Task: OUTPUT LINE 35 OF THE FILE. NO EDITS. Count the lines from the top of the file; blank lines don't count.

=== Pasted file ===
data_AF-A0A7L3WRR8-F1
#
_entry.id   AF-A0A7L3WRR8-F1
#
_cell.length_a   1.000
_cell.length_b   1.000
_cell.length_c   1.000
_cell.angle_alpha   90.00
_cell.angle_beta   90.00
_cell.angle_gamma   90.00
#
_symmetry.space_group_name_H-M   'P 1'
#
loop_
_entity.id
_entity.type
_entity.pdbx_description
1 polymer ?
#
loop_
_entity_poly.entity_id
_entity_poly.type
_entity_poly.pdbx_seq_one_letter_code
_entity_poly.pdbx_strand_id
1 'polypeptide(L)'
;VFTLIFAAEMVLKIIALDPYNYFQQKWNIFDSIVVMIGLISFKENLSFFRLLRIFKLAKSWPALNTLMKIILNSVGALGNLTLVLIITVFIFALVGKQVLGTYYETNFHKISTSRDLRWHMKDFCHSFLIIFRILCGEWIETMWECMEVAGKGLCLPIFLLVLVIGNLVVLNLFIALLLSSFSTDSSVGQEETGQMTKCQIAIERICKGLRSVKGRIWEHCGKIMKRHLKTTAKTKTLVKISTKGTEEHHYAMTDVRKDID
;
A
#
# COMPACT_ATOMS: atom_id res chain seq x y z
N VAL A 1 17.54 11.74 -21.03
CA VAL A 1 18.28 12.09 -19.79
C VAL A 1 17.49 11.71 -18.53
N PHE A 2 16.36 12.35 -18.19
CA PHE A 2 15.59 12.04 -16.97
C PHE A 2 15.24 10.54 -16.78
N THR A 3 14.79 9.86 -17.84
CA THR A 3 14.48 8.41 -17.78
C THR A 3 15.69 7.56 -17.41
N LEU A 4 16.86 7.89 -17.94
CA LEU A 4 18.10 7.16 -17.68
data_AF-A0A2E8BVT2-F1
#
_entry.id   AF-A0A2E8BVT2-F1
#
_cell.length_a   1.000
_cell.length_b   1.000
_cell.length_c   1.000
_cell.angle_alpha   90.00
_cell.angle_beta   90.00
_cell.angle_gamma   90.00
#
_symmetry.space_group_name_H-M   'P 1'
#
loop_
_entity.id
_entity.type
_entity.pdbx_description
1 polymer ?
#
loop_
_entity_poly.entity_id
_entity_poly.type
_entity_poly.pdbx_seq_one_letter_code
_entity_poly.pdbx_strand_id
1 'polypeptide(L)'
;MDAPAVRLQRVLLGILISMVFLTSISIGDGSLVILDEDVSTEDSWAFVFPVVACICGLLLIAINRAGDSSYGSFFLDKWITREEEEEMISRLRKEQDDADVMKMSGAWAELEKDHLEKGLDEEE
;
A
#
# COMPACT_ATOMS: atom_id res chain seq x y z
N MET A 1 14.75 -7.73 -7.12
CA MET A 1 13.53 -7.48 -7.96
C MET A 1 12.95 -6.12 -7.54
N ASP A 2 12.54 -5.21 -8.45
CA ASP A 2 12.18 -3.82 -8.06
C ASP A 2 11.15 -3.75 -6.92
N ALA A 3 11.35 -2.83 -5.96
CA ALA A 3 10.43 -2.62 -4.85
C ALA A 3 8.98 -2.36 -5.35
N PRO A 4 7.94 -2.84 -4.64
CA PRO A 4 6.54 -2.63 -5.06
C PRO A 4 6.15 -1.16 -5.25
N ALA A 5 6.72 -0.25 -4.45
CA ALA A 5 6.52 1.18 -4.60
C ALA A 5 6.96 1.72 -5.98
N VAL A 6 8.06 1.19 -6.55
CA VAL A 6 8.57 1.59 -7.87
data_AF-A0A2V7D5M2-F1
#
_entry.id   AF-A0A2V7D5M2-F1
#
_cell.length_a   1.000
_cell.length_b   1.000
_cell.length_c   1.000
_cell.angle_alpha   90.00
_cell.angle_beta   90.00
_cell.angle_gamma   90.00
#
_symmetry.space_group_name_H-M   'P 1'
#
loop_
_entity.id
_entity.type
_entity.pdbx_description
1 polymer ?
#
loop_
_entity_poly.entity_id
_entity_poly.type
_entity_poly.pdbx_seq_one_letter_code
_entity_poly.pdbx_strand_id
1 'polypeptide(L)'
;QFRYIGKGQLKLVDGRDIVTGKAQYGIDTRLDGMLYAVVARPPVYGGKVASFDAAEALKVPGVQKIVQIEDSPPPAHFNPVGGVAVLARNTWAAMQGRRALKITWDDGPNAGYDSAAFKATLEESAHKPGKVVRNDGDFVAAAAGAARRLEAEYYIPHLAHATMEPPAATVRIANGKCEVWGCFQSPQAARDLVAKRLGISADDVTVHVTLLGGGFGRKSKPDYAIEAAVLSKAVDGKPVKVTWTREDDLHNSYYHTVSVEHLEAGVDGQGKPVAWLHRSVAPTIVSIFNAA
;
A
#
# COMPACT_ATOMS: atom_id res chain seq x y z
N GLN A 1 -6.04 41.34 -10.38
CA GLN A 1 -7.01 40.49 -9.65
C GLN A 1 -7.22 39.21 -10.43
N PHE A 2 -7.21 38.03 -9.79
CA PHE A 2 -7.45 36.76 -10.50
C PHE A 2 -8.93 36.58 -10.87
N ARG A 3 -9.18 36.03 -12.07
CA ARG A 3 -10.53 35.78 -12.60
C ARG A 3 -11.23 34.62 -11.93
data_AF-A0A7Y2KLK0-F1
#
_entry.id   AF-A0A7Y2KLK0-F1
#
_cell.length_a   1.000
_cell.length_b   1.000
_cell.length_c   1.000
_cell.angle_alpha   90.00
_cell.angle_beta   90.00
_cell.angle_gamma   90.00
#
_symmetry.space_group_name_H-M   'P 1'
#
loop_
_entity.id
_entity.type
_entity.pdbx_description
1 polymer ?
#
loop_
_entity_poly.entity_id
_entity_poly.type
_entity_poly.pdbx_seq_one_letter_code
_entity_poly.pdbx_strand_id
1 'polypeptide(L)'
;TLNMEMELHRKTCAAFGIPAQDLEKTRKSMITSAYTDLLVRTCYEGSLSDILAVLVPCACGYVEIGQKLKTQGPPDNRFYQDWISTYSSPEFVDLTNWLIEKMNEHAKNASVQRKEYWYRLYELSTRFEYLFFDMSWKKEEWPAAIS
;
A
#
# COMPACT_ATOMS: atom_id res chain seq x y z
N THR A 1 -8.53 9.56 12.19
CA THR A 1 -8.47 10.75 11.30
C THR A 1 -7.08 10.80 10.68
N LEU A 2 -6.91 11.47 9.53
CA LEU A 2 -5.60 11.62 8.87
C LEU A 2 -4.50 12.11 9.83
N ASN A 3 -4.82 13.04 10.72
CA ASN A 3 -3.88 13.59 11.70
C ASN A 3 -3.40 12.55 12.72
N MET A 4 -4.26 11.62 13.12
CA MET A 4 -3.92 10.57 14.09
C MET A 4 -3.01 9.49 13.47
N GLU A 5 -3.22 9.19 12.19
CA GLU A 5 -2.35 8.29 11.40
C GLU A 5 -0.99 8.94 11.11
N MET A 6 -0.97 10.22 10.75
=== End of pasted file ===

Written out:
CA PHE A 2 15.59 12.04 -16.97